The group co-conducted a two-day workshop on different DEI topics, including building community in online education, designing the safer place culture, DEI in language usage, involving students in designing a gender equity plan, and so on. This workshop involves students, staff, and instructors from the two partner universities as well as other institutions of higher education in Finland. The workshop featured presentations in different formats and allowed much time for attendee participation in discussions. Committee members in attendance were faculty Andrea Copeland, Charles Sutton, and Zeb Wood, and students Amira Malcom, Cordel Blair, and Margaret Breidenbaugh. In addition, the seminar was also a part of IUPUI’s Finland Study Abroad 2023 program, and seven of its students were able to participate.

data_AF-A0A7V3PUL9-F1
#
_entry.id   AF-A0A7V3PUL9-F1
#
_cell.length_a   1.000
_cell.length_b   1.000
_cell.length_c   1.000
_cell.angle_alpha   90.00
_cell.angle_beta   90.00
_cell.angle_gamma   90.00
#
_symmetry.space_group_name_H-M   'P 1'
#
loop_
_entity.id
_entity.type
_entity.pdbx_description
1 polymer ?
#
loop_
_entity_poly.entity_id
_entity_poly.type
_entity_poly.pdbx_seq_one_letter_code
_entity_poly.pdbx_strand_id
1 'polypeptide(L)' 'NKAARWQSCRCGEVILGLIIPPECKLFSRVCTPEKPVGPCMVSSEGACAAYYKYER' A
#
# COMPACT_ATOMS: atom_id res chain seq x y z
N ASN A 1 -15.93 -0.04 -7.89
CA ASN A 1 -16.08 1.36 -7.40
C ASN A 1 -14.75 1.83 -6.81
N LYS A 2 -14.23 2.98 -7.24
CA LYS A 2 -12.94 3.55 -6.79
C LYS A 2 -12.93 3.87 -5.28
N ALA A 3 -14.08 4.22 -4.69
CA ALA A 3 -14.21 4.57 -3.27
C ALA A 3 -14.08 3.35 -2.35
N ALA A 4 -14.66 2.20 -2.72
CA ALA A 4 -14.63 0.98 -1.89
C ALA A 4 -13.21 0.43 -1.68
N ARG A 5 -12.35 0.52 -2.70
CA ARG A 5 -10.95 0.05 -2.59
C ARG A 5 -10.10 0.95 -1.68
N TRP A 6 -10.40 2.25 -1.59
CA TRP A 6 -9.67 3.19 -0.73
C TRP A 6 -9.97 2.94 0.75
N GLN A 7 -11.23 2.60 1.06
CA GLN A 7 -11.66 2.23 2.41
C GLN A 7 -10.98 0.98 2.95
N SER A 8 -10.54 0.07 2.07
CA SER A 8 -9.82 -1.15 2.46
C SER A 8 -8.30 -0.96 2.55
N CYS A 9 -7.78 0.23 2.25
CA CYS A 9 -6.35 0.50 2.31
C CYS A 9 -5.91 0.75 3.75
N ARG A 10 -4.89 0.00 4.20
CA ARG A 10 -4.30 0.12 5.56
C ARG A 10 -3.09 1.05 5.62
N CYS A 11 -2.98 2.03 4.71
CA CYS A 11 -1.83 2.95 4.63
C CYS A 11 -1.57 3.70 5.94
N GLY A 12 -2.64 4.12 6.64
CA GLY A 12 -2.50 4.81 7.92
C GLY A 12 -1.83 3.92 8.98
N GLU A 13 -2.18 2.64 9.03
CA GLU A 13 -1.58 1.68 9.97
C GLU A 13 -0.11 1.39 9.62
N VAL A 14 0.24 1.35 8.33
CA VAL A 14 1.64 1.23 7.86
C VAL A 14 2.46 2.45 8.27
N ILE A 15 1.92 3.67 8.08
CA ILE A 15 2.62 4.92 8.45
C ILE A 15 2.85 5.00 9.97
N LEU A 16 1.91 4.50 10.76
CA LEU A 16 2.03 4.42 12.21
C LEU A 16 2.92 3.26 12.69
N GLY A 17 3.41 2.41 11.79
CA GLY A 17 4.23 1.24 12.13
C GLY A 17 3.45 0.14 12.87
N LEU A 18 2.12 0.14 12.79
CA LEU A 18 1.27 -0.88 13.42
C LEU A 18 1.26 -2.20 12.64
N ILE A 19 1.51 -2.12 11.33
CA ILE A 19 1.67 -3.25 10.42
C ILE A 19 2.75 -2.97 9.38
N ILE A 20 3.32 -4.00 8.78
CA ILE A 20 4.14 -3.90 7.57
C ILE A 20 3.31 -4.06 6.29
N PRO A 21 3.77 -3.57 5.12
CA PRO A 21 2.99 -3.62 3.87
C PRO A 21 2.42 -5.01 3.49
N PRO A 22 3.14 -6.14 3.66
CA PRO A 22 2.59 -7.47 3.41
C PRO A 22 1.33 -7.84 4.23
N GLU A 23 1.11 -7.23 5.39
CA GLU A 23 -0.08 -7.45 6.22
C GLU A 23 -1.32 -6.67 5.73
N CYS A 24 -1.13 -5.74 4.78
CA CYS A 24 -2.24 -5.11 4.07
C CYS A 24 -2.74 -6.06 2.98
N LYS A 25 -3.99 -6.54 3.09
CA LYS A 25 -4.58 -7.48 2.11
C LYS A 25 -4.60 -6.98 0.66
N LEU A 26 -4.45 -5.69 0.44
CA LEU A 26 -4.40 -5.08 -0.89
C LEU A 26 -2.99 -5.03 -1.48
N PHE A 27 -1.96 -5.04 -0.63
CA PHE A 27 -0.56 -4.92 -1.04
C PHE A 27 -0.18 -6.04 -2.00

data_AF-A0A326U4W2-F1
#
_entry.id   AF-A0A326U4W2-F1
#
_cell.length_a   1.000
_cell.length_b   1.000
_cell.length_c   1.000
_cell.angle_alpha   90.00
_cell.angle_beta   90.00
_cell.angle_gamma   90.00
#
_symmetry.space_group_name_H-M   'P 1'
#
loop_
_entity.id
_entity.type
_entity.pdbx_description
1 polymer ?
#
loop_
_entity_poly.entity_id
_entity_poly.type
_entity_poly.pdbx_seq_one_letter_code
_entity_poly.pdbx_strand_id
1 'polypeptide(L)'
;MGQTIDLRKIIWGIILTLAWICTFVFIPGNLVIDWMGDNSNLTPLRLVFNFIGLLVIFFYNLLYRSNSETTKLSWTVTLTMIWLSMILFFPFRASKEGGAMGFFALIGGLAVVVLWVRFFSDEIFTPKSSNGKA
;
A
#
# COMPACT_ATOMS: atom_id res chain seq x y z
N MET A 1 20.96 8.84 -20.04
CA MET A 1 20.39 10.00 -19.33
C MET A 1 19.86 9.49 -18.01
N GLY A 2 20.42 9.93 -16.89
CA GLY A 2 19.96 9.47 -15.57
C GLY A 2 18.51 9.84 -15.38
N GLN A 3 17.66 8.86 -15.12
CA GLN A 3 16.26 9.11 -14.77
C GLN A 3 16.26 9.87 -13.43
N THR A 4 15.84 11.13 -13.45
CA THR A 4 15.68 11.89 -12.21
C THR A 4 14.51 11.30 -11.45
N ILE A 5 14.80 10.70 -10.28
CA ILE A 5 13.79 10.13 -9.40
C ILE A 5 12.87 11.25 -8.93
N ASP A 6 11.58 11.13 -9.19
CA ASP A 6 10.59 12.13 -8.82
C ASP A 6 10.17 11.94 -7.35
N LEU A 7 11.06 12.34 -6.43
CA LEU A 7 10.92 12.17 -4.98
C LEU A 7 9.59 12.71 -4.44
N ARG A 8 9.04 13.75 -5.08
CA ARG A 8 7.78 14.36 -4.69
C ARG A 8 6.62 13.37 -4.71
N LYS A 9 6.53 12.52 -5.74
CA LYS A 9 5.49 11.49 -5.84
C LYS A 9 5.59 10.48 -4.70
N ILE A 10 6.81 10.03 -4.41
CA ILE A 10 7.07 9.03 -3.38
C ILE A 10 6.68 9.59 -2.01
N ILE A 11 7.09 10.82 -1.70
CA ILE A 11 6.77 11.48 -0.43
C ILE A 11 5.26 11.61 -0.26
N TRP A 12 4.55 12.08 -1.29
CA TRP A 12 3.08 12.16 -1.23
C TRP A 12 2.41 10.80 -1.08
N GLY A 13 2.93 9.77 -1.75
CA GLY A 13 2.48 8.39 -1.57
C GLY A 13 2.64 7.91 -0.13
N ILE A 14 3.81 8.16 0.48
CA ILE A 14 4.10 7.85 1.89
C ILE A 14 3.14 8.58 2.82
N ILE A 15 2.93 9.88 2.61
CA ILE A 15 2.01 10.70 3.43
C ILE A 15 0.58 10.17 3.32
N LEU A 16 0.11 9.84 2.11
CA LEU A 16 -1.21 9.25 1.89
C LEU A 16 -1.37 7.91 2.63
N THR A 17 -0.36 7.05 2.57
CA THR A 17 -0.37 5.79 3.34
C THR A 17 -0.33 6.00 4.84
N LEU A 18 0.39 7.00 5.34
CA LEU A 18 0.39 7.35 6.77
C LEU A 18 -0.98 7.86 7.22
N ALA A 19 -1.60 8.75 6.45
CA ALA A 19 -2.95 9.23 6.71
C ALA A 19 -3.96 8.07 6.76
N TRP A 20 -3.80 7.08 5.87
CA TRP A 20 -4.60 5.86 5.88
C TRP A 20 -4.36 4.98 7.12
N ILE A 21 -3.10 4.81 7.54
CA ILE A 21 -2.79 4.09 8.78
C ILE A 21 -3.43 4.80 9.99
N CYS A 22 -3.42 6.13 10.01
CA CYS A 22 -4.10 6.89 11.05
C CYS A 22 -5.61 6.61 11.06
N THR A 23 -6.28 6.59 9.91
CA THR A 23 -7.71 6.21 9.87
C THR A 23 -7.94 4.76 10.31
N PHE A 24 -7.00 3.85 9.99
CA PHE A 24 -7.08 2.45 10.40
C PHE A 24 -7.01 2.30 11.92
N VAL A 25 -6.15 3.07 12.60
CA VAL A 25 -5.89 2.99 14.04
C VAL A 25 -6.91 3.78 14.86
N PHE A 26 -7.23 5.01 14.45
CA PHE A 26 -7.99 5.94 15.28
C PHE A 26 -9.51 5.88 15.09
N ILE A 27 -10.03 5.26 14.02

Helling said IUPUI and Haaga-Helia University of Applied Sciences share many of the same difficulties. “In particular we are both aware of our desire to address issues of diversity, equity, and inclusion for faculty, staff, and students. The need for such initiatives is felt on the international level. Improving DEI has become the linchpin for recruiting, developing, and retaining faculty and staff,” he said. On the student level, progress in DEI is considered critical for improving student academic success and retention. The collaboration between Luddy and Haaga-Helia focuses on their mutual need for diversity, equity, and inclusion in several areas. The DEI Working Group of IUPUI’s Luddy School of Informatics, Computing, and Engineering recognizes its need to identify situations where diversity, equity, and inclusion are not being met in order to create a more inclusive and accepting school. Haaga-Helia’s Equity Plan is designed to safeguard the diversity, equality, equity, and non-discrimination of its educational institution as well as to ensure and support the effectiveness of its initiatives for students and staff.